Today, Baramous Monastery still preserves much of its ancient character. It has five churches. The oldest church dedicated to the Virgin Mary and contains the relics of St. Moses the Black. It is indeed oldest church in Scetes still in existence, dating back to the sixth century. The second church dedicated to St. Theodore of Amasea. The third to St. Georges, the fourth to St. John the Baptist, and the fifth to Archangel Michael. The walls built by Pope Shenouda I of Alexandria are still standing today. Baramous Monastery also contains a keep, a tower, two refectories, and a guest house.
About two and a half kilometers northwest of this monastery, there is also the limestone cave of the late Pope Cyril VI. Marked by twelve wooden crosses, it known as the Rock of Sarabamun and has become a popular place of pilgrimage. An iron lattice-work protects the entrance to the site. Within, the one room cave is spacious. It adorned with many pictures and icons of Pope Cyril VI. In the desert about the monastery there are also several caves that apparently continue to be inhabited by hermits. Under Pope Shenouda III, many recent renovations performed at the monastery. An asphalt road to the monastery built, and there are several major cultivation projects.
Besides, six water pumps, a sheepfold, a hen-house and two generators added. together with the construction of new residential cells both inside and outside the monastery proper. There is now a clinic and a pharmacy to serve the monks. There is also a spacious retreat center for conferences and a large, two story guesthouse that opened in January 1981. This monastery surrounded by an enclosure wall that was perhaps a somewhat late addition during the ninth century. Within the old monastery, archaeologists discovered the remains of a square structure. They measuring some sixteen meters square. It was in the southeastern corner of the site.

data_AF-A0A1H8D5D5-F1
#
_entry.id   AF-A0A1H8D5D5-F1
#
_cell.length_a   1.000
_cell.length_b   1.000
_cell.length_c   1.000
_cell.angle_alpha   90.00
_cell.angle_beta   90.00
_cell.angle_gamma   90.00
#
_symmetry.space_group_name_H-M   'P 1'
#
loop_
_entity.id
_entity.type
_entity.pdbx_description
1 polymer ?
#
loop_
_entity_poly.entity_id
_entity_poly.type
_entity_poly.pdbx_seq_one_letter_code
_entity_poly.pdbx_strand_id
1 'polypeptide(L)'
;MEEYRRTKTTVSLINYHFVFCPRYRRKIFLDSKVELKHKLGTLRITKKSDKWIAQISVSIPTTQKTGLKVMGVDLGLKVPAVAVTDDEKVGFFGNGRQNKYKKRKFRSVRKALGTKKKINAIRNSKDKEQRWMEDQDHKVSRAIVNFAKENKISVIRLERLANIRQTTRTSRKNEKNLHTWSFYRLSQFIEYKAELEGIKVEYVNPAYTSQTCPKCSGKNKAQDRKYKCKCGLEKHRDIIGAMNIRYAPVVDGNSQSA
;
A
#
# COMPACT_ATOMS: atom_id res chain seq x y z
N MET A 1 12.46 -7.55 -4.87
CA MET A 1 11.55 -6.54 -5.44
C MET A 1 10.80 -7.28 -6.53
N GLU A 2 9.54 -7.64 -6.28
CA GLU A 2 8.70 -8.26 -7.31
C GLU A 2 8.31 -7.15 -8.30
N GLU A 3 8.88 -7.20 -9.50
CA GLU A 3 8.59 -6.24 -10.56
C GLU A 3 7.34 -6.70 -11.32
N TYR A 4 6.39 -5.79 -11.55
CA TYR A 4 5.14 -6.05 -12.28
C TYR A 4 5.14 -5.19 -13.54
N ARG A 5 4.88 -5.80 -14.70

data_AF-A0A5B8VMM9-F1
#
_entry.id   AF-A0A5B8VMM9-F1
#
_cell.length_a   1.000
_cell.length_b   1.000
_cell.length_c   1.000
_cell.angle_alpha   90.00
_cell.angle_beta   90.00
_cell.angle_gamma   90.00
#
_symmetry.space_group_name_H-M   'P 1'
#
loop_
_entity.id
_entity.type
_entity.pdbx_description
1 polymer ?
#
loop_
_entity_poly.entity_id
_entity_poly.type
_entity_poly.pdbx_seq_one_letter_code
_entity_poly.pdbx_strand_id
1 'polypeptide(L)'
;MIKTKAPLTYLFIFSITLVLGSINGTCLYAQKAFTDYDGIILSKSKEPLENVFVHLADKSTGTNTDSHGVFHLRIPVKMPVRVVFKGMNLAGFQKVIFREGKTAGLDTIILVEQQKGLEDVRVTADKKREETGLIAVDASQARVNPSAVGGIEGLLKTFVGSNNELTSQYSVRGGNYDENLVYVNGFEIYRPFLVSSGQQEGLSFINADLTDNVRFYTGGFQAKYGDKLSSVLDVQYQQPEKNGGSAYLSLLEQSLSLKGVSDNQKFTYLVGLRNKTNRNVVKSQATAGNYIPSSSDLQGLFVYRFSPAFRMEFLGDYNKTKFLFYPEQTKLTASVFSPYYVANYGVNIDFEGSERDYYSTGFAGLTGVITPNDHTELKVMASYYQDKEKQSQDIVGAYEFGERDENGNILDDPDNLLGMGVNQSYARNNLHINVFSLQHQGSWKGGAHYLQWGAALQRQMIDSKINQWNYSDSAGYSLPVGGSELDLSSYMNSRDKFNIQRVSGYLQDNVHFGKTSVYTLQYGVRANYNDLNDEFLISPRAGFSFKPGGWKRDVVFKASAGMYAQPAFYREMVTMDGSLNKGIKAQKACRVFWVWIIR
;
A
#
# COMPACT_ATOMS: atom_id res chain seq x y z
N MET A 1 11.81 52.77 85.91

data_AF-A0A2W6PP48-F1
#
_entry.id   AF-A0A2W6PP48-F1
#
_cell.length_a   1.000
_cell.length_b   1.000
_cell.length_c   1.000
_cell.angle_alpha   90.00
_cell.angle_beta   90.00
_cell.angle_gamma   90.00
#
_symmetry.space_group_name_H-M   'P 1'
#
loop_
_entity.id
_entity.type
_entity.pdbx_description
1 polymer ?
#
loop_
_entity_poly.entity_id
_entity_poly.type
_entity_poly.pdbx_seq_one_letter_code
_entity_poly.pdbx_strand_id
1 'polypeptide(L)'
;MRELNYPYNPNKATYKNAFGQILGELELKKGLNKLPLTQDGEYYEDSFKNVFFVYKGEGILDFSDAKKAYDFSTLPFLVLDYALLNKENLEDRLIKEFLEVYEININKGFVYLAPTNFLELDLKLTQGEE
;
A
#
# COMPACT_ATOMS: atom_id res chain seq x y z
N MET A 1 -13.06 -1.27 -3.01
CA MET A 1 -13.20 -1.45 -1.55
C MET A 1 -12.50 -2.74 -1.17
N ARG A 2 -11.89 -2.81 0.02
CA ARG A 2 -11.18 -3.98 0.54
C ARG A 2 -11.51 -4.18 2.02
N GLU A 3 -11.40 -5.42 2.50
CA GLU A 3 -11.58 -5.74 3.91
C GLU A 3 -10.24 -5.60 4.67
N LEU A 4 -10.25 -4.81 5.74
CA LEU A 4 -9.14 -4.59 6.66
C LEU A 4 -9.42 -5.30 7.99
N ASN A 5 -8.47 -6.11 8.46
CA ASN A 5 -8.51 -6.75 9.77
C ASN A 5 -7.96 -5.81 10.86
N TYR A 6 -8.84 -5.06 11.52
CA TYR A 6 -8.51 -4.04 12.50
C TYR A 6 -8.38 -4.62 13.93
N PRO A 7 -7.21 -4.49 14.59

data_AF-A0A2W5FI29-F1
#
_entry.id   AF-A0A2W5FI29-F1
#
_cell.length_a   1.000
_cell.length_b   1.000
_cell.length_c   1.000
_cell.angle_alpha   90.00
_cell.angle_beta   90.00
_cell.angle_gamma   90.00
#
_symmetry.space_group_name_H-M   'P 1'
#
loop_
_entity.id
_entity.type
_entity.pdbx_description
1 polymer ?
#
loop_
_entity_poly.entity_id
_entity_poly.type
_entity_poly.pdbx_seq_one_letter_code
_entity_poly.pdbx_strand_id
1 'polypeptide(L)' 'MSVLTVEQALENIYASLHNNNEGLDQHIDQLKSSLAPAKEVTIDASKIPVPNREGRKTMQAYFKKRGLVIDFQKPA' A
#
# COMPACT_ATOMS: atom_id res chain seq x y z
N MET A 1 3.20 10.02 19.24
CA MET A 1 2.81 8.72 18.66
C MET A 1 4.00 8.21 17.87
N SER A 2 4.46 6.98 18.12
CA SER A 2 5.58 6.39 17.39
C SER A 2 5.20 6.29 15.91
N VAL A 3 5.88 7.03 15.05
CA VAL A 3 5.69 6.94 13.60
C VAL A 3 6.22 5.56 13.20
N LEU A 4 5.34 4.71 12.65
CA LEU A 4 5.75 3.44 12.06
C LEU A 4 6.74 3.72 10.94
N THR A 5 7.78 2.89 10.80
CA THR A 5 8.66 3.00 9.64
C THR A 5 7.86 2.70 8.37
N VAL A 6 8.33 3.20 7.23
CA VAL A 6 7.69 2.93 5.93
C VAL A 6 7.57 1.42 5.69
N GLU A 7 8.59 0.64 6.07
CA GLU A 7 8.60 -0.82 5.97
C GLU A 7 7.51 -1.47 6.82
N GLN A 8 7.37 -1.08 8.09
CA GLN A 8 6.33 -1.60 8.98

Though its original purpose was at first unclear. It determined to have most likely been a defensive tower, or keep that may have stood some twenty-five meters in height. However, pottery from the 4th or early 5th century found on the site suggested that this tower built very early for monastic purposes. Particularly with regards to what was probably a fairly small community of monks. It suggested that this may have originally built as a Roman military structure to defend the Nitrian Desert and its salt production. Then, after abandoned during the fourth century, it put to use by newly arrived anchorites.
In 1998, excavations uncovered a structure that proved later to be that of a church immediately north of the tower. The walls of the nave made from poor quality. They improvised masonry that suggest that the church perhaps rebuilt hastily after destroyed. The actual sanctuary of this church is of better quality. It apparently reconstructed somewhat later, perhaps at the end of the ninth or the beginning of the tenth century. The altar, which fairly well preserved, sits atop a one step high podium.
Remains, probably of an earlier structure and consisting of more solid masonry of finely cut limestone blocks, found in the western part of the church’s nave. Since one of these blocks inscribed with a number of hieroglyphics in high relief, it is very plausible that an Ancient Egyptian monument existed in close proximity to this site.